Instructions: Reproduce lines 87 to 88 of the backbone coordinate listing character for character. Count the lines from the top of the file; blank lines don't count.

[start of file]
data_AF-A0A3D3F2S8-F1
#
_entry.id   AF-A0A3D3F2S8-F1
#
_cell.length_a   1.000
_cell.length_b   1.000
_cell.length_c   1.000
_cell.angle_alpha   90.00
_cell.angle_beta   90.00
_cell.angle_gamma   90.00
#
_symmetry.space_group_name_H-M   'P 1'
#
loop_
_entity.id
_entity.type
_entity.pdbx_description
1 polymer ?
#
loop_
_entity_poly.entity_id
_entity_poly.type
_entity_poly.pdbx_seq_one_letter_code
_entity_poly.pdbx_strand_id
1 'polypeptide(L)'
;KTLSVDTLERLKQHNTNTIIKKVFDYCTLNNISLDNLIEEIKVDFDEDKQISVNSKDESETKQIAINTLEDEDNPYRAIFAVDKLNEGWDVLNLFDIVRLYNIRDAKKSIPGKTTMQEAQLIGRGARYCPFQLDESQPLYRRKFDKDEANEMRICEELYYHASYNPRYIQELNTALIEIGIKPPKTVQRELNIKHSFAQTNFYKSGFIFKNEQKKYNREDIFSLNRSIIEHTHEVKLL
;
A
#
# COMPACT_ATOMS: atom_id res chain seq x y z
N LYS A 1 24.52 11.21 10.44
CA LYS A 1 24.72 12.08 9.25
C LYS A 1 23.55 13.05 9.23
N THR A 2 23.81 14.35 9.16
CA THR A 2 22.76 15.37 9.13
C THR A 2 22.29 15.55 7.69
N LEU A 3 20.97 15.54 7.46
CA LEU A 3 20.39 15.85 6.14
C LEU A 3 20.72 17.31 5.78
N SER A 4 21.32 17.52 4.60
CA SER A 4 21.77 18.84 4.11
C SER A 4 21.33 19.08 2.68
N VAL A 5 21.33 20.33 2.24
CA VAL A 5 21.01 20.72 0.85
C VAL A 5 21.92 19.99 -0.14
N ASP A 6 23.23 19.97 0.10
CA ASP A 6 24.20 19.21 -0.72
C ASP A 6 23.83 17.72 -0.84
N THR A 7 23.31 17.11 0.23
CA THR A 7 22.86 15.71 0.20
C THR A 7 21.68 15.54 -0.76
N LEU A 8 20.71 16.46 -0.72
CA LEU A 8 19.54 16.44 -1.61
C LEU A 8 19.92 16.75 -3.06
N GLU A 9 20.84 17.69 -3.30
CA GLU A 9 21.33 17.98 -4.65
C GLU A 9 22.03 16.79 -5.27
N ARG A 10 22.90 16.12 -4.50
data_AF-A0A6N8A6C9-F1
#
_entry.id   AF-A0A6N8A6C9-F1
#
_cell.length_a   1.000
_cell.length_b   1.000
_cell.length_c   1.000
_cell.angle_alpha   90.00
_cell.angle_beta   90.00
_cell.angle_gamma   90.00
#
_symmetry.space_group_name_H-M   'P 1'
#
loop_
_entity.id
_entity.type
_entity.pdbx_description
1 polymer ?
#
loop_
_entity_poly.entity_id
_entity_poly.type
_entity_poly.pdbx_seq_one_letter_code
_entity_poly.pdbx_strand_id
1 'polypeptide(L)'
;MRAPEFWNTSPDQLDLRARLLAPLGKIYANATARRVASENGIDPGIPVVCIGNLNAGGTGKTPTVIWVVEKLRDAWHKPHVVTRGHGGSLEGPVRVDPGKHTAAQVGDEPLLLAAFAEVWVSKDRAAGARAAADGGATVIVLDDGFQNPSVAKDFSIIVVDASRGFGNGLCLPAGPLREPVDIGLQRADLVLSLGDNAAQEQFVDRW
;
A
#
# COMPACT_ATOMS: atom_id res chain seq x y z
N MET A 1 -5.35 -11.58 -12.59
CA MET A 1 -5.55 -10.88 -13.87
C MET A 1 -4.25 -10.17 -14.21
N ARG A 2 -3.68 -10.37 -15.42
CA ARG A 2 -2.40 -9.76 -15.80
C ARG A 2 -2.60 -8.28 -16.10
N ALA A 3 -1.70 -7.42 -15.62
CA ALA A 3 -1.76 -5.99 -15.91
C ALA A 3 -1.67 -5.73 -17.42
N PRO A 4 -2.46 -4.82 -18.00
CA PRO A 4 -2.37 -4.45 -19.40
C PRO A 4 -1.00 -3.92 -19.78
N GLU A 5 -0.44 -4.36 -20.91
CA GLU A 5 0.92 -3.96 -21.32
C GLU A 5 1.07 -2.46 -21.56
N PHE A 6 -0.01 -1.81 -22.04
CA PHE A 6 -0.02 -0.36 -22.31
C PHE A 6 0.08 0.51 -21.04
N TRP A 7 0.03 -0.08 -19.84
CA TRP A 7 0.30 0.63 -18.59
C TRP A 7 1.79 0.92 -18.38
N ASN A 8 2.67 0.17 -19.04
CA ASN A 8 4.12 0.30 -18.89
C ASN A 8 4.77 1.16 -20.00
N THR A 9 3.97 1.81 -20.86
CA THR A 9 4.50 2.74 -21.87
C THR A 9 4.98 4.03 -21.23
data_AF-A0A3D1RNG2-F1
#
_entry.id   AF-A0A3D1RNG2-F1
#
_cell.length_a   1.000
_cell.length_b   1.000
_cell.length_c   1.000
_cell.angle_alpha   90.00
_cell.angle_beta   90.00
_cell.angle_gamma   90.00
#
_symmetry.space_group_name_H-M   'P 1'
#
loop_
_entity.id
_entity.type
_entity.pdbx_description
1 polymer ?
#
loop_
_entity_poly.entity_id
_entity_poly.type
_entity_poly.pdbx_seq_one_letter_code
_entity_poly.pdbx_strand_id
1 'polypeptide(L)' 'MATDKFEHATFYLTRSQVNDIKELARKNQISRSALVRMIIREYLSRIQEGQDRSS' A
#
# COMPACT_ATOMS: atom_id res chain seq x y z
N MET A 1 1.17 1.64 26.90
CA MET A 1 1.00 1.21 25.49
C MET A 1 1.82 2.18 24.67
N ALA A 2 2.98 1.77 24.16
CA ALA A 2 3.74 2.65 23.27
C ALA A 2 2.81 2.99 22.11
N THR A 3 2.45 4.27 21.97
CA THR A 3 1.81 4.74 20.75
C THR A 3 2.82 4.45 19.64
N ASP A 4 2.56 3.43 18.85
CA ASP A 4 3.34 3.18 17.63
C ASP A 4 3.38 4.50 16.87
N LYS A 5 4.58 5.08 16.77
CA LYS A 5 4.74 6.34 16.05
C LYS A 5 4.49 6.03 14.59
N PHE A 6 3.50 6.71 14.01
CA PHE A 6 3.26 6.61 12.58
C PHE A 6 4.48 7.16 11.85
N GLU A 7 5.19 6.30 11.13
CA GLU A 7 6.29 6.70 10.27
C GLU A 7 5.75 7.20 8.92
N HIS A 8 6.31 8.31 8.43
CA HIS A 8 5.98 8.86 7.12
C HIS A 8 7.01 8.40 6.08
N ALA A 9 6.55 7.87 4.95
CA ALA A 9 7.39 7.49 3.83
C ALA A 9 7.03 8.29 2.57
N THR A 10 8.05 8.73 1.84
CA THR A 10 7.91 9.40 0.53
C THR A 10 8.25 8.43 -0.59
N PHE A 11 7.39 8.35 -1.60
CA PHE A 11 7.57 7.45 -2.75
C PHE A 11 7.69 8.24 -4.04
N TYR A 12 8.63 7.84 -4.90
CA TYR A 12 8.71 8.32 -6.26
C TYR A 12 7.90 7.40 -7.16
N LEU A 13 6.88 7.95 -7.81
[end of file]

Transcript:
#
# COMPACT_ATOMS: atom_id res chain seq x y z